Running Time: 90 mins.

Darkness & Light is a documentary of fashion and portrait photographer Richard Avedon. His work has been sold for over one million dollars at art auctions, making him one of the most successful photographers of the last century.

The documentary follows Avedon’s life and career, showing how and why his photography “helped define America’s image of style, beauty, and culture for the last half-century” (The New York Times, 2004).

7. Smash His Camera

Running Time: 90 mins.

Ron Galella, an American paparazzi photographer is regarded by the press as “the most controversial photographer of all time” and “the Godfather of the U.S. paparazzi culture”.

Galella’s behaviors and methods are those demonized in modern society. He was sued by Jacqueline Kennedy Onassis, and Marlon Brando broke his jaw. Nevertheless, his work has become iconic. Smash His Camera tackles important issues such as the right to privacy, freedom of the press, and an American cult of celebrity.

8. The Many Lives of William Klein

Running Time: 59 mins.

A pioneer in the art of street photography, William Klein is a true legend and an inspiration. His works are raw, up close, and have a personal feel to them. He has created over 20 films including the first ever documentary about Muhammad Ali.

You’ll find The Many Lives of William Klein as brilliant as the photographer’s masterpieces themselves. It delves into what makes Klein stand out and gives the audience a unique insight into what is impossible to catch in his pictures at first glance.

9. Bill Cunningham New York

Running Time: 84 mins.

While Ron Galella is the Godfather of the paparazzi culture, Bill Cunningham is the Godfather of the street fashion photography.

The documentary portrays his life and work, his dedication to the profession and his niche as well. Cunningham has been recording street fashion throughout his entire career, which is over five decades.

On top of his unquestionable professionalism, Bill Cunningham has an extremely cheerful personality. It’s very likely that you’ll find yourself a new hero after watching the film.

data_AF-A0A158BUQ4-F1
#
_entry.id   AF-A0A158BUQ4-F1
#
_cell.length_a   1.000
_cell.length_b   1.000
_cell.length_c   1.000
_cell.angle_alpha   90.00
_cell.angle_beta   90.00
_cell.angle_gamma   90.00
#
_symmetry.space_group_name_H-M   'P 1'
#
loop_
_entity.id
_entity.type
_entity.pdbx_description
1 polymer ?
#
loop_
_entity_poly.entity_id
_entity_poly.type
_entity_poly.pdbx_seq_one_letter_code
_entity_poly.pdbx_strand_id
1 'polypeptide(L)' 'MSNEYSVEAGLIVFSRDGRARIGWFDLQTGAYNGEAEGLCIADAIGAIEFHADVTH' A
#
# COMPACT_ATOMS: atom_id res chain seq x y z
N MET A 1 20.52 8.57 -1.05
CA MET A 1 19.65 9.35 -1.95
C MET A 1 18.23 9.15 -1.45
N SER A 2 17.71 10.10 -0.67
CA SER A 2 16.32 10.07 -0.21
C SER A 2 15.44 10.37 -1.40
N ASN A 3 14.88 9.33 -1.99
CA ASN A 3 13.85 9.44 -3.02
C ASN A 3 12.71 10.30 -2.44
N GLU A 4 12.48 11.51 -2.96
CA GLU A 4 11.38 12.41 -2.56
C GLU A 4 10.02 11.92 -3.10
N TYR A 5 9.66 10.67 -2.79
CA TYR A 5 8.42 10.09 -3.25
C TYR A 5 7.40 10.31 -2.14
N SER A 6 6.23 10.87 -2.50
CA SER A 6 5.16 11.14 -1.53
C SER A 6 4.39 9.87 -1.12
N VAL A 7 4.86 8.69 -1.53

10. The President’s Photographer

Running Time: 55 mins.

The President’s Photographer follows the story of Pete Souza, an American photojournalist, the former Chief Official White House Photographer for President Barack Obama and the director of the White House Photography Office.

This documentary by National Geographic also features some of the works of previous White House Photographers showing the audience both public and intimate moments in the lives of Presidents from an inside perspective.

Online Shorts to Learn From

Not everyone knows that documentaries, just like movies of other genres, come in all forms and sizes. The films listed below come in a perfect bite size to pick your brain about photography and give you something to think about.

11. Dark Side of the Lens

Running Time: 6 mins.

Watch Mickey Smith, a surf photographer, goes through terrifying waves and straight into deep water in order to get some of the most astounding pictures of the wild ocean.

12. The Decisive Moment

Running Time: 18 mins.

A short documentary film on the life and work of Henri Cartier-Bresson written by Henri himself. Get a quick but deep insight into some of the photographer’s most important works in only 18 mins.

13. David Alan Harvey in Rio De Janeiro

Running Time: 3 mins.

Watch a short dialogue with a photographer David Alan Harvey about what it means to be a photographer and how to succeed in the challenging profession. (Hint: Be passionate about what you shoot!)

Why Watch Documentaries?

If a picture is worth a thousand words, imagine what impact a thousand pictures in fim can have. Watching a documentary film about photography can not only be a source of inspiration for your future work, but also help you learn something new or learn from another photographer’s past mistakes.

Are documentary films favorite genre? Check out some of these other articles:

Do you enjoy watching documentaries? Which films have you learned from the most? Are there any inspiring photography-related documentaries that we left out? Let us know in the comments section below!